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Dr. Billy Taylor and Ellis Marsalis playing Dizzy Gillespie’s classic, “A NIght in Tunisia.”
Born in New Orleans, Louisiana, Ellis Marsalis was the son of Florence (née Robertson) and Ellis Marsalis Sr., a businessman and social activist. Marsalis and his wife Delores Ferdinand had six sons: Branford, Wynton, Ellis III (1964), Delfeayo, Mboya (1971), and Jason. Branford, Wynton, Delfeayo, and Jason also became jazz musician, Ellis III is a poet, photographer, and network engineer.
Marsalis played saxophone during high school but switched to piano while studying classical music at Dillard University, graduating in 1955. He later attended graduate school at Loyola University New Orleans. In the 1950s and 1960s he worked with Ed Blackwell, Cannonball Adderley, Nat Adderley, and Al Hirt. During the 1970s he taught at the New Orleans Center for Creative Arts. His students have included Terence Blanchard, Harry Connick Jr., Donald Harrison, Kent Jordan, Marlon Jordan, and Nicholas Payton.
Though he recorded almost twenty of his own albums, and was featured on many discs with such musicians as David “Fathead” Newman, Eddie Harris, Marcus Roberts, and Courtney Pine, he shunned the spotlight to focus on teaching. Marsalis’s didactic approach, combined with an interest in philosophy, encouraged his students to make discoveries in music on their own, through experiment and very careful listening.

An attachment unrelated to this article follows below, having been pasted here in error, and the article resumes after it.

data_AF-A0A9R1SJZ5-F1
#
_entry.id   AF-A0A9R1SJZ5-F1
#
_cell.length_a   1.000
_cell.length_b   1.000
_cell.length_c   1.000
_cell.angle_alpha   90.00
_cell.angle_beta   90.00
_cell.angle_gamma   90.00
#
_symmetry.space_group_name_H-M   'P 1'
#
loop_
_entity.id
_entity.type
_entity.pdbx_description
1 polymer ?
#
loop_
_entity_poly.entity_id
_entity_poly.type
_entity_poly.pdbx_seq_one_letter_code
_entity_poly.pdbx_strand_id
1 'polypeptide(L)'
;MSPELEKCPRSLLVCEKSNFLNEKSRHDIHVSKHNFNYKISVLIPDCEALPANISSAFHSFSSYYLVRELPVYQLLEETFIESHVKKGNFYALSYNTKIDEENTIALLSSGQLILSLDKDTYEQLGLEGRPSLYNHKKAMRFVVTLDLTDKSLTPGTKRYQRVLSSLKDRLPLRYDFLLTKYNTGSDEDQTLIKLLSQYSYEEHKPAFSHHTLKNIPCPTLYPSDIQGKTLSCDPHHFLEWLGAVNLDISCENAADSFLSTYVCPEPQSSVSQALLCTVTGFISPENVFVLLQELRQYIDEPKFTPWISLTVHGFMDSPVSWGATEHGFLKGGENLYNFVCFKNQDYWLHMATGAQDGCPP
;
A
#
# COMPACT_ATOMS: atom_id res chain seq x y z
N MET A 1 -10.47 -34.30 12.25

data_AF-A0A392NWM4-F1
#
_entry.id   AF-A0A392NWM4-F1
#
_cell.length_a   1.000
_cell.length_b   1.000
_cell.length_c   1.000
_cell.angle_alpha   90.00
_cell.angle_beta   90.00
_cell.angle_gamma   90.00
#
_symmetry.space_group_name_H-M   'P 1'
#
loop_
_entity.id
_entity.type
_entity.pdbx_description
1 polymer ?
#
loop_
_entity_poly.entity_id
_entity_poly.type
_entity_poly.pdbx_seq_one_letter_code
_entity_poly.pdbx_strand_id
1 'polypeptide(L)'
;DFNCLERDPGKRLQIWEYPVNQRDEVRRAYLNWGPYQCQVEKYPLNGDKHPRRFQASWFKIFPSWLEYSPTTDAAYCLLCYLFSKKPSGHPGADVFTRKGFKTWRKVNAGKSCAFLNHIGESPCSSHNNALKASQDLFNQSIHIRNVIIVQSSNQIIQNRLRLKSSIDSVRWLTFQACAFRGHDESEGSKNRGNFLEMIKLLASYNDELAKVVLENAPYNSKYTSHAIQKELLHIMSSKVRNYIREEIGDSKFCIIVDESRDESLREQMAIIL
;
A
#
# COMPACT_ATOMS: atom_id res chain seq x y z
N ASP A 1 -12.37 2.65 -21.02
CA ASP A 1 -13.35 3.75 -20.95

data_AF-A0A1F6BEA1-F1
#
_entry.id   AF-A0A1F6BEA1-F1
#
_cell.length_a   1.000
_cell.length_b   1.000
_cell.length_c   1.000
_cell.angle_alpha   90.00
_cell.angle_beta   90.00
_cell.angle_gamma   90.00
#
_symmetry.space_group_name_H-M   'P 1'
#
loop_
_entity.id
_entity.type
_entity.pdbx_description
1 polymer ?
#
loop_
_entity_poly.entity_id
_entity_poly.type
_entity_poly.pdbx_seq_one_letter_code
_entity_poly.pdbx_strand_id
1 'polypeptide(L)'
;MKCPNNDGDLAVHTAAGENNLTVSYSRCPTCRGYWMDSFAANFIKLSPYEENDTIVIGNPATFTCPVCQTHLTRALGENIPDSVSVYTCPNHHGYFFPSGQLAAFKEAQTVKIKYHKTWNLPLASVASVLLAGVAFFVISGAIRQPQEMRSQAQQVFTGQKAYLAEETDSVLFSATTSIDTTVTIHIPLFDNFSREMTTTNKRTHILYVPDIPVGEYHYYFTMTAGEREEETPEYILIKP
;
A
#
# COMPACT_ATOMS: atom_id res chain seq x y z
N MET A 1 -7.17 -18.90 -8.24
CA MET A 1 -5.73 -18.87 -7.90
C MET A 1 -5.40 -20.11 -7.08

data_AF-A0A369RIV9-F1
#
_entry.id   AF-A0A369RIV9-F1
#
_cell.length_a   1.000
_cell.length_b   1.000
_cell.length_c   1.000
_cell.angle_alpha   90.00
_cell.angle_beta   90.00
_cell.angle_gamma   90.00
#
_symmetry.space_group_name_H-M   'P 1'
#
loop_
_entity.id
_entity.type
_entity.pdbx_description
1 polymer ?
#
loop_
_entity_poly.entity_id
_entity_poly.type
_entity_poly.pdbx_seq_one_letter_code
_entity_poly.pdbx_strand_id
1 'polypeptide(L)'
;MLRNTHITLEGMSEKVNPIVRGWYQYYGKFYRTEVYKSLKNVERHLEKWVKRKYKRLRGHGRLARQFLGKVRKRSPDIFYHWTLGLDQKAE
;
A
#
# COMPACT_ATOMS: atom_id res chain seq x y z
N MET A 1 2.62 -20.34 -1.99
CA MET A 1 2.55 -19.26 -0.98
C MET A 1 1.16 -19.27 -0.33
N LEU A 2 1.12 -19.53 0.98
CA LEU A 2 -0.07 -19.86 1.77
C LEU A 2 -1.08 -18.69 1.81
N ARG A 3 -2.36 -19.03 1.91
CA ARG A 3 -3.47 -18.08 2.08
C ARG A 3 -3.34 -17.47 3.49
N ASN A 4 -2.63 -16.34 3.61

As a leading educator at the New Orleans Center for Creative Arts, the University of New Orleans, and Xavier University of Louisiana, Ellis influenced the careers of countless musicians, including Terence Blanchard, Harry Connick Jr., Nicholas Payton; as well as his four musician sons: Wynton, Branford, Delfeayo and Jason. Marsalis retired from UNO in 2001. In May 2007, Marsalis received an honorary doctorate from Tulane University for his contributions to jazz and musical education.
Marsalis was inducted into The Louisiana Music Hall of Fame in 2018.
The Ellis Marsalis Center for Music at Musicians’ Village in New Orleans is named in his honor. In 2010, The Marsalis Family released a live album titled Music Redeems which was recorded at The John F. Kennedy Center for the Performing Arts in Washington, DC as part of the Duke Ellington Jazz Festival. All proceeds from the sale of the album go directly to the Ellis Marsalis Center for Music.
Marsalis and his sons were group recipients of the 2011 NEA Jazz Masters Award.
Marsalis is a Brother of Phi Beta Sigma Fraternity, Inc., initiated in 1953 at Epsilon Alpha Chapter, Dillard University.
Marsalis was a Brother of Phi Mu Alpha Sinfonia fraternity, initiated into Delta Epsilon Chapter (University of Louisiana-Lafayette) in 1965. In 2015 Phi Mu Alpha Sinfonia announced that Marsalis has been named Sinfonia’s 24th Man of Music, the highest honor given by the fraternity to a member, for advancing the cause of music in America through performance, composition or any other musical activity.
On April 1, 2020, Marsalis died at the age of 85 after being hospitalized with COVID-19 symptoms.